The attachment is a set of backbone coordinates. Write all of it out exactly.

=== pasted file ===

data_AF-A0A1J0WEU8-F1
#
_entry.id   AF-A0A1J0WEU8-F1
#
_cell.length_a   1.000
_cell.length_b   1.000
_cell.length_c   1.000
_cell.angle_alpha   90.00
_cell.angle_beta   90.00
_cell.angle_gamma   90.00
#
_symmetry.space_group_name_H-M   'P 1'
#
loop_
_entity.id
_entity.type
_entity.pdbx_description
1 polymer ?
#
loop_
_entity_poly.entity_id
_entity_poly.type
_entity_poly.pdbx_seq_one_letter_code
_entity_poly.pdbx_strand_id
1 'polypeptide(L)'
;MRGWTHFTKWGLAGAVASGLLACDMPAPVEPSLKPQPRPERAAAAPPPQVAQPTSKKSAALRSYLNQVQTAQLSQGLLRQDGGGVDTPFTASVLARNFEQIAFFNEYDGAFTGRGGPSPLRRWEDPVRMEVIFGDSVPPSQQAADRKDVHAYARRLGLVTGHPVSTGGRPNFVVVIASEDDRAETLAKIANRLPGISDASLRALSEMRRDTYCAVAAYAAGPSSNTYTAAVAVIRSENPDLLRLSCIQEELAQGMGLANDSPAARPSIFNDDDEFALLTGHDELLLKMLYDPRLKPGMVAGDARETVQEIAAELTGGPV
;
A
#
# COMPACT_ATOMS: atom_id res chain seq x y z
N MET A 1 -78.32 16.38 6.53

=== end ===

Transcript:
data_AF-A0A1J0WEU8-F1
#
_entry.id   AF-A0A1J0WEU8-F1
#
_cell.length_a   1.000
_cell.length_b   1.000
_cell.length_c   1.000
_cell.angle_alpha   90.00
_cell.angle_beta   90.00
_cell.angle_gamma   90.00
#
_symmetry.space_group_name_H-M   'P 1'
#
loop_
_entity.id
_entity.type
_entity.pdbx_description
1 polymer ?
#
loop_
_entity_poly.entity_id
_entity_poly.type
_entity_poly.pdbx_seq_one_letter_code
_entity_poly.pdbx_strand_id
1 'polypeptide(L)'
;MRGWTHFTKWGLAGAVASGLLACDMPAPVEPSLKPQPRPERAAAAPPPQVAQPTSKKSAALRSYLNQVQTAQLSQGLLRQDGGGVDTPFTASVLARNFEQIAFFNEYDGAFTGRGGPSPLRRWEDPVRMEVIFGDSVPPSQQAADRKDVHAYARRLGLVTGHPVSTGGRPNFVVVIASEDDRAETLAKIANRLPGISDASLRALSEMRRDTYCAVAAYAAGPSSNTYTAAVAVIRSENPDLLRLSCIQEELAQGMGLANDSPAARPSIFNDDDEFALLTGHDELLLKMLYDPRLKPGMVAGDARETVQEIAAELTGGPV
;
A
#
# COMPACT_ATOMS: atom_id res chain seq x y z
N MET A 1 -78.32 16.38 6.53